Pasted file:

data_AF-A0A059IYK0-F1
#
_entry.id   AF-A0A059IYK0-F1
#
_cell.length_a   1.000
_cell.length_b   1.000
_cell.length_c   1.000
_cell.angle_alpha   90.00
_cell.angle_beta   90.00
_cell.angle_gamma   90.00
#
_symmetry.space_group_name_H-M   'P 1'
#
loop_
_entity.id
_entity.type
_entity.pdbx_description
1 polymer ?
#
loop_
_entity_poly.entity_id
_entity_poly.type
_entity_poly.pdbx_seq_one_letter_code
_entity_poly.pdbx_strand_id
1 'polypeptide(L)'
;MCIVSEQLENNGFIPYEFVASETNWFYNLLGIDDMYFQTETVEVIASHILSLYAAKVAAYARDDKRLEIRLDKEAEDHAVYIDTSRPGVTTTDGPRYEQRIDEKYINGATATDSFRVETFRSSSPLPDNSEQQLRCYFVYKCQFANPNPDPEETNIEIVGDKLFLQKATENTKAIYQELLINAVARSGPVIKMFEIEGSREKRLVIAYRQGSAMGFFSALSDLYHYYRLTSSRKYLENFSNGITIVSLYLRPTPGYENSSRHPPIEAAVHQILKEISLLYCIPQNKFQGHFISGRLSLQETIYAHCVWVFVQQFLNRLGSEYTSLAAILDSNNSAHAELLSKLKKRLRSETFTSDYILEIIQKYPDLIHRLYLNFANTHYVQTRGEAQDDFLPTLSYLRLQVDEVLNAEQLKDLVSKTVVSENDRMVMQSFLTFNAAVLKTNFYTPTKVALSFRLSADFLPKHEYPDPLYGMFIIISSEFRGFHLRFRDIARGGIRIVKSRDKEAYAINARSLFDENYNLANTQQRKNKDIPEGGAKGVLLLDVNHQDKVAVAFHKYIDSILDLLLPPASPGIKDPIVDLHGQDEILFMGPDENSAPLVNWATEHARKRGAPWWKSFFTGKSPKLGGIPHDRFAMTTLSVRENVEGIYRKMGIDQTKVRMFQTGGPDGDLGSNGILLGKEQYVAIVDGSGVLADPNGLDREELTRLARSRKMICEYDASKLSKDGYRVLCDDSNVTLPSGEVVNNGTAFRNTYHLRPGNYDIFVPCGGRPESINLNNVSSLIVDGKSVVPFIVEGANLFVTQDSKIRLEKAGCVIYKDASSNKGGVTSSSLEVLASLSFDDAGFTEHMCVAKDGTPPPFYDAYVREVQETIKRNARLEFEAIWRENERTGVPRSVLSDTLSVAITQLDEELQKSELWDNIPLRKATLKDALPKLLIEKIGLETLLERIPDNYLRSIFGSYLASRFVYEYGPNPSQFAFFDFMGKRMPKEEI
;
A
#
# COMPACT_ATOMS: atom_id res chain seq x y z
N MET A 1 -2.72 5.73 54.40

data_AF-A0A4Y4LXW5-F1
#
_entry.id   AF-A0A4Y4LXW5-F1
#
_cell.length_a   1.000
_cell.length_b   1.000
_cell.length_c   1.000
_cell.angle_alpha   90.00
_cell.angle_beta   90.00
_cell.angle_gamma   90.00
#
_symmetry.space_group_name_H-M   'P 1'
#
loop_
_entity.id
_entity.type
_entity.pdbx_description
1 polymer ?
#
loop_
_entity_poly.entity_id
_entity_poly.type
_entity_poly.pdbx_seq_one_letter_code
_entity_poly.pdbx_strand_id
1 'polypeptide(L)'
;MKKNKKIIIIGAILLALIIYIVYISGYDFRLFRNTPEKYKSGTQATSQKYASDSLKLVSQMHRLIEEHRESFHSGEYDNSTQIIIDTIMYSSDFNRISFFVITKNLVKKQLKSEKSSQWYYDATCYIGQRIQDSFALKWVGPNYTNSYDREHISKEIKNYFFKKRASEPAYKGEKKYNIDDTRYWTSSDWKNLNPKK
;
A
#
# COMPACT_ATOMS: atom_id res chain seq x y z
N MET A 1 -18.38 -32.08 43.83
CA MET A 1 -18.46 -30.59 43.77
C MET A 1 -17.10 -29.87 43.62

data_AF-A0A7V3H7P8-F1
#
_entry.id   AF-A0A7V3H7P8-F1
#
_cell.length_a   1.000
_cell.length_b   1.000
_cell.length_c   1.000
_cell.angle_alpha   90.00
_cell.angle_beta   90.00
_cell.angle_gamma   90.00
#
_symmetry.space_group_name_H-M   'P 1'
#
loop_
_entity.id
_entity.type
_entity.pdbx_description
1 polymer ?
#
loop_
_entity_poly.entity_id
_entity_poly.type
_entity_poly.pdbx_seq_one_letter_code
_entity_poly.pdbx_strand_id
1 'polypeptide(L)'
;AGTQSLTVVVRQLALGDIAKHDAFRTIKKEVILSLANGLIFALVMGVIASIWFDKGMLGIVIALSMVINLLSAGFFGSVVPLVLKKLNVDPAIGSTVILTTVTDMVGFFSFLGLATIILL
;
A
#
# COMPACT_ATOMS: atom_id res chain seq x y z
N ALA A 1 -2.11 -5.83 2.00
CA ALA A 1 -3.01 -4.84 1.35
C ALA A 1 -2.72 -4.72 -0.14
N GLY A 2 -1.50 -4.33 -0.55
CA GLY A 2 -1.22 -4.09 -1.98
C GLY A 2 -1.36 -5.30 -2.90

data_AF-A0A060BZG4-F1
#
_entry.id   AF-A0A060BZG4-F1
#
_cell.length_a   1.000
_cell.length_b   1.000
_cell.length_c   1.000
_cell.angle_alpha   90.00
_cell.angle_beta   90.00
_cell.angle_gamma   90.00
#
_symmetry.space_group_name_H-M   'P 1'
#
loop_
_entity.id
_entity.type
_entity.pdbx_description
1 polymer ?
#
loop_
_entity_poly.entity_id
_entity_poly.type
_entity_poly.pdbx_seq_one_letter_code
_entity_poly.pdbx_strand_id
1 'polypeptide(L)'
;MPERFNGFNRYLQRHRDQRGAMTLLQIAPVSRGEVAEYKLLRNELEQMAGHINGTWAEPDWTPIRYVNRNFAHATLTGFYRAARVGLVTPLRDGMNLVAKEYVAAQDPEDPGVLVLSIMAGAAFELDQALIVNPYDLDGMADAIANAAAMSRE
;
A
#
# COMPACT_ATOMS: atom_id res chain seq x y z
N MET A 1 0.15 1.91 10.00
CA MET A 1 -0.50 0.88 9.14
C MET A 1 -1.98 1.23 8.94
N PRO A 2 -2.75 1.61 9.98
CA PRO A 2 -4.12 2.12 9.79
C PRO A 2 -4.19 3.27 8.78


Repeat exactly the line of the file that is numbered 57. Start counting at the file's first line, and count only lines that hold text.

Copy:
;MKKNKKIIIIGAILLALIIYIVYISGYDFRLFRNTPEKYKSGTQATSQKYASDSLKLVSQMHRLIEEHRESFHSGEYDNSTQIIIDTIMYSSDFNRISFFVITKNLVKKQLKSEKSSQWYYDATCYIGQRIQDSFALKWVGPNYTNSYDREHISKEIKNYFFKKRASEPAYKGEKKYNIDDTRYWTSSDWKNLNPKK